You have stated that license server is a trouble for your system, but I wouldn't drop it right away. I think a license server, that issues a license at least the first program run (say a decrypt key different per installation) is the best deterrent measure to reduce piracy. Not only by the the strength of the encryption method but also and mainly because of the automatic registration system. If you let your customers know that the software activation key is unique per installation/user and that it is stored and matched to user's profile they would think twice about giving away the key+software.

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Please let me add some thoughts to Your question:

  • Does Your software require any kind of internet connectivity?
    • If the answer is "yes", You can monitor the usage. (Do tell the customer about this functionality!)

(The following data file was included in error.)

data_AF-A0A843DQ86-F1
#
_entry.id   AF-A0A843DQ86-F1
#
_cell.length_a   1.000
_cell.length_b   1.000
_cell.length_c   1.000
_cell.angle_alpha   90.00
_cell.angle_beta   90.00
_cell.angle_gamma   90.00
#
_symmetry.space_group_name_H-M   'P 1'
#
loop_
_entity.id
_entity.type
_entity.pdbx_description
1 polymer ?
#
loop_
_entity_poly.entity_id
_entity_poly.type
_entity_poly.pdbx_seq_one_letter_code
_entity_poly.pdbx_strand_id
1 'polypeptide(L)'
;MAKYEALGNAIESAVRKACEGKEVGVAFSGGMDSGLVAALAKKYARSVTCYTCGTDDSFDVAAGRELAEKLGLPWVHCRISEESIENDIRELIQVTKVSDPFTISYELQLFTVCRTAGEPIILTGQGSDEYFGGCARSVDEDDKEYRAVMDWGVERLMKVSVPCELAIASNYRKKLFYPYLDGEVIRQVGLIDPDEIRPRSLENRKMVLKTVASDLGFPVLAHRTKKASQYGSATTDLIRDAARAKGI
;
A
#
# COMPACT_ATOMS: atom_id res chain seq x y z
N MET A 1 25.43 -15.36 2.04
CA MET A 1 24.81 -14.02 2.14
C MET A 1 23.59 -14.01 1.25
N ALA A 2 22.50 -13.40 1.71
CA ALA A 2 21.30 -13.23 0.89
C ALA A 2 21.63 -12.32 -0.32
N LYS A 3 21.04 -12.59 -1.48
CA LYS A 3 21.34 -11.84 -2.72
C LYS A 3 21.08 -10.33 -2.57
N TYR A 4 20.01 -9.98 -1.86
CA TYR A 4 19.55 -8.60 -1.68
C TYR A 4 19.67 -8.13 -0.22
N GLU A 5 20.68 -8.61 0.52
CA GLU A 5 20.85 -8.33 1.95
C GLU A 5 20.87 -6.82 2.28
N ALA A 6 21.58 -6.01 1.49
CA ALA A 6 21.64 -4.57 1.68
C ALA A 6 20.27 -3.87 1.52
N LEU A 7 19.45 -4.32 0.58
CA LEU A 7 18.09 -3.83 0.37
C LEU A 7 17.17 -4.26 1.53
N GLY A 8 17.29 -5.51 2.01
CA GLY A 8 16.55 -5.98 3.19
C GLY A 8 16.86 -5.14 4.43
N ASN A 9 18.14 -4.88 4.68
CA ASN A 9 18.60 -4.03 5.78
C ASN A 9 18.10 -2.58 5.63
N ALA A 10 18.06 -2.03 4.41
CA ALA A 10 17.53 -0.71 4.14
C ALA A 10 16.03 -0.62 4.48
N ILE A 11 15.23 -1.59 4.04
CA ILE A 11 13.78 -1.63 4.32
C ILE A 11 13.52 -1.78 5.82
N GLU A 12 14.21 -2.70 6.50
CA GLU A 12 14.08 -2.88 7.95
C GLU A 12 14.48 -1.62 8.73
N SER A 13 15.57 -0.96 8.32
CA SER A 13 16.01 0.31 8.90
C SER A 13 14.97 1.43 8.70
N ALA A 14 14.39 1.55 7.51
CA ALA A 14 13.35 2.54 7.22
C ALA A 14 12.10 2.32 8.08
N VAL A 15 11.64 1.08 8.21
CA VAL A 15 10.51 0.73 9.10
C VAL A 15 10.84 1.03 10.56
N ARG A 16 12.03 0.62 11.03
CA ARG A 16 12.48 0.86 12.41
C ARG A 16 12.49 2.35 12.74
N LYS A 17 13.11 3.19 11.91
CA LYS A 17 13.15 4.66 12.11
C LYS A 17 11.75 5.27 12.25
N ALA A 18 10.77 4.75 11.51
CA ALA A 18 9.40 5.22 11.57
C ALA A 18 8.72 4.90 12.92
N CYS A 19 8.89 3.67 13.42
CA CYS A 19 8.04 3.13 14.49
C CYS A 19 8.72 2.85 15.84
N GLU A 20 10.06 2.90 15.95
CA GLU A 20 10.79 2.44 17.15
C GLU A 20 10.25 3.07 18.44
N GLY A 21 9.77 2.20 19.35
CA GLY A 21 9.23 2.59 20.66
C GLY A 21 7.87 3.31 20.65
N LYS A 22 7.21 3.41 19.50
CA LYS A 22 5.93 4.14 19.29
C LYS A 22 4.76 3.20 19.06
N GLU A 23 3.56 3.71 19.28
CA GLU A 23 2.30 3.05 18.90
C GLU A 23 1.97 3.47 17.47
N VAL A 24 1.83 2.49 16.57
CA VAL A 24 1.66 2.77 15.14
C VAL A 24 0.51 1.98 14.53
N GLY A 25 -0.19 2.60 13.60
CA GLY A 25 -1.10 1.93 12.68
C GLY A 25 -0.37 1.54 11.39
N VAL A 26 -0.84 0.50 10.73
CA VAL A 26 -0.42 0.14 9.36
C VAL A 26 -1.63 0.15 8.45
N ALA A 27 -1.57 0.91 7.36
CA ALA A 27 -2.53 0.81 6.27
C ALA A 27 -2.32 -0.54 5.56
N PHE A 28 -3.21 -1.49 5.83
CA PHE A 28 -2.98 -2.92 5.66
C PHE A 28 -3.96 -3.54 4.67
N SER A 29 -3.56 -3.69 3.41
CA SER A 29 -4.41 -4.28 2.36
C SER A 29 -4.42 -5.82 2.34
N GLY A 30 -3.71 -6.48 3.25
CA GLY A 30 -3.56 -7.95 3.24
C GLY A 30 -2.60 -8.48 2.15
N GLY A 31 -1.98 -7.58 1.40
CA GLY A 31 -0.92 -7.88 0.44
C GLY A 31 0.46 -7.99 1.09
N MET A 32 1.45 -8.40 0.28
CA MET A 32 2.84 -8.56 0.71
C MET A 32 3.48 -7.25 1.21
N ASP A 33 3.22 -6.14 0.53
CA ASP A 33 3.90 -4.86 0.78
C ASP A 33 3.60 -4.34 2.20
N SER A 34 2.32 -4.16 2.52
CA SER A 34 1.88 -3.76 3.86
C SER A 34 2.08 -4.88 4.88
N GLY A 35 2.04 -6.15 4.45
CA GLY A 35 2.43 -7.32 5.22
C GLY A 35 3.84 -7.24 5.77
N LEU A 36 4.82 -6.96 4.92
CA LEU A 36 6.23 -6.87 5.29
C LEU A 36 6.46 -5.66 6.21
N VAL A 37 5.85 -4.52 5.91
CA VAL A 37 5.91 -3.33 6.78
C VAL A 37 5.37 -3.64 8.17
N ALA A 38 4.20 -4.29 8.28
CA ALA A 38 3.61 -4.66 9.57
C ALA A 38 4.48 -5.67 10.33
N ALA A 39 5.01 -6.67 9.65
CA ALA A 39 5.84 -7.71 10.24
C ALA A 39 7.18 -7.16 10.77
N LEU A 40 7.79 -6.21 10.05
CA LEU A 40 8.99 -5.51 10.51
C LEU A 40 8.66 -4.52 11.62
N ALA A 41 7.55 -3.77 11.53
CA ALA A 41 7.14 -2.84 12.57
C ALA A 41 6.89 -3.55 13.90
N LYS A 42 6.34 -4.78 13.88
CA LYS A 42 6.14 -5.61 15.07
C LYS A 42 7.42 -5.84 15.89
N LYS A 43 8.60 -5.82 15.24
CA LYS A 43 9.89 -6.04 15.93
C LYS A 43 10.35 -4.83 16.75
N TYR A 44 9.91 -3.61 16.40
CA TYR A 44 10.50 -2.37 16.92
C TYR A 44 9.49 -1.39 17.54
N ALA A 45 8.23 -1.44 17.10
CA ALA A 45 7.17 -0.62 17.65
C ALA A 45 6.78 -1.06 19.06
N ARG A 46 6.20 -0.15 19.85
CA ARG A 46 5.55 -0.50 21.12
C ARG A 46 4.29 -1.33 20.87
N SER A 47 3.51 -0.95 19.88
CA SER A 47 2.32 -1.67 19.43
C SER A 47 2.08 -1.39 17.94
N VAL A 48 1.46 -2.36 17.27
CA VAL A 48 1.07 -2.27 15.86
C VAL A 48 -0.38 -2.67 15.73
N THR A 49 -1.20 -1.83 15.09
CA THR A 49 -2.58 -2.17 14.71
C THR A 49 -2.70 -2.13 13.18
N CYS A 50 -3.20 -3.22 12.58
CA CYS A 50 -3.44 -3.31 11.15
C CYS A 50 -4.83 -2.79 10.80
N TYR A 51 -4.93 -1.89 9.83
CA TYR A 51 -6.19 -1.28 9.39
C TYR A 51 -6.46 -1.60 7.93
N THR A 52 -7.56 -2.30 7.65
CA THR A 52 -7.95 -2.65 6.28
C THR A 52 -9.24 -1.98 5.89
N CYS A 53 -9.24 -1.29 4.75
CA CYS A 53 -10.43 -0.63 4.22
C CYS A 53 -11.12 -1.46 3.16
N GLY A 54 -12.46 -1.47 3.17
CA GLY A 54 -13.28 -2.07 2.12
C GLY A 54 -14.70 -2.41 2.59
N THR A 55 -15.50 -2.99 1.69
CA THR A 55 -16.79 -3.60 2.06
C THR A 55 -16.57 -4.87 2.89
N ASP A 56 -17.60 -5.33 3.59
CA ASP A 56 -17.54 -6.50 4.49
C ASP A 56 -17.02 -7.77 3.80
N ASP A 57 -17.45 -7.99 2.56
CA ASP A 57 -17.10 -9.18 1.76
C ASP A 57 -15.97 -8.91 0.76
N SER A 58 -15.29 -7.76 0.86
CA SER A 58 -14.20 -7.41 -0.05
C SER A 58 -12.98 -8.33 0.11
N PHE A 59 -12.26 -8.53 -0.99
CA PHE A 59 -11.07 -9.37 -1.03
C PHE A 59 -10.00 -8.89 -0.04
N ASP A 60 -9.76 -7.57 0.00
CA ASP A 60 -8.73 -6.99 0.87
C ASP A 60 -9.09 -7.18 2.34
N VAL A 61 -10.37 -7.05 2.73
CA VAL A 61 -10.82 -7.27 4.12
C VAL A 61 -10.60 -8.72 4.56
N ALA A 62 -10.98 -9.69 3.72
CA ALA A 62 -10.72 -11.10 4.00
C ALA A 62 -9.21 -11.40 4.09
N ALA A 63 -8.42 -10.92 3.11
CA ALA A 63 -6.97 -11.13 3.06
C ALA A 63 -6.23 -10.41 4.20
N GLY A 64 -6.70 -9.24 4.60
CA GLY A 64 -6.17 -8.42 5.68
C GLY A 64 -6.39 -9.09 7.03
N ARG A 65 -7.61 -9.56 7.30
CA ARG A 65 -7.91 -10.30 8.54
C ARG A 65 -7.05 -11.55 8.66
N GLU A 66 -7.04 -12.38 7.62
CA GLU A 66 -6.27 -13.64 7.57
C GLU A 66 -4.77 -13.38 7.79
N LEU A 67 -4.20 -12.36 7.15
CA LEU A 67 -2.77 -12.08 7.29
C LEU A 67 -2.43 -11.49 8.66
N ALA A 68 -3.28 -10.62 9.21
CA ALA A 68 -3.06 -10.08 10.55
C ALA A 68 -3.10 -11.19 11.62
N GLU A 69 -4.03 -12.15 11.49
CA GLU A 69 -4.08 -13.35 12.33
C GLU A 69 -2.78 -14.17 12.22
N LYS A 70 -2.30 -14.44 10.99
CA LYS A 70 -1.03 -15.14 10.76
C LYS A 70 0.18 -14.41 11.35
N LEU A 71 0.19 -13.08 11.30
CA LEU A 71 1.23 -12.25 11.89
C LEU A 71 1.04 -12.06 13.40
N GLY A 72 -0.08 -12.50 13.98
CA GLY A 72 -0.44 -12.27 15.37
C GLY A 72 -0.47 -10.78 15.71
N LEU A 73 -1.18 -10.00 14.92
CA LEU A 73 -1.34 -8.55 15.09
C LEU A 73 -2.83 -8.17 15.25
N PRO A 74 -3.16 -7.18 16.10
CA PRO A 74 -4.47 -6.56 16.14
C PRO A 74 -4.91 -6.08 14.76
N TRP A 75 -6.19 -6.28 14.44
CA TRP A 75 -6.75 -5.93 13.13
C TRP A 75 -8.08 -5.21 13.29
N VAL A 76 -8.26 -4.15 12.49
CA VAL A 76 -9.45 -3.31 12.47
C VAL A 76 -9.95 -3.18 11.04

• If the answer is "no", You still can monitor the usage in most cases, but You cannot enforce a connection to Your servers for the product to work.
  • Do You want to add copy-protection to Your software? This is no rhetorical question, because
    • some software has to be customized by the software company or its partners. If anyone makes a copy of software, that has to be customized by experts, it just won't be of any use for him.
    • e.g. if an employee of Your customer wants to use Your high-end circuit-design software for his private projects at home and You give him the permission to do so, then You have someone at Your customers site, who will vote for Your product on every purchase decision.
    • the effort for a working copy protection could be higher than the loss created by unauthorized copies. (Remember, You can still include it in the next version.)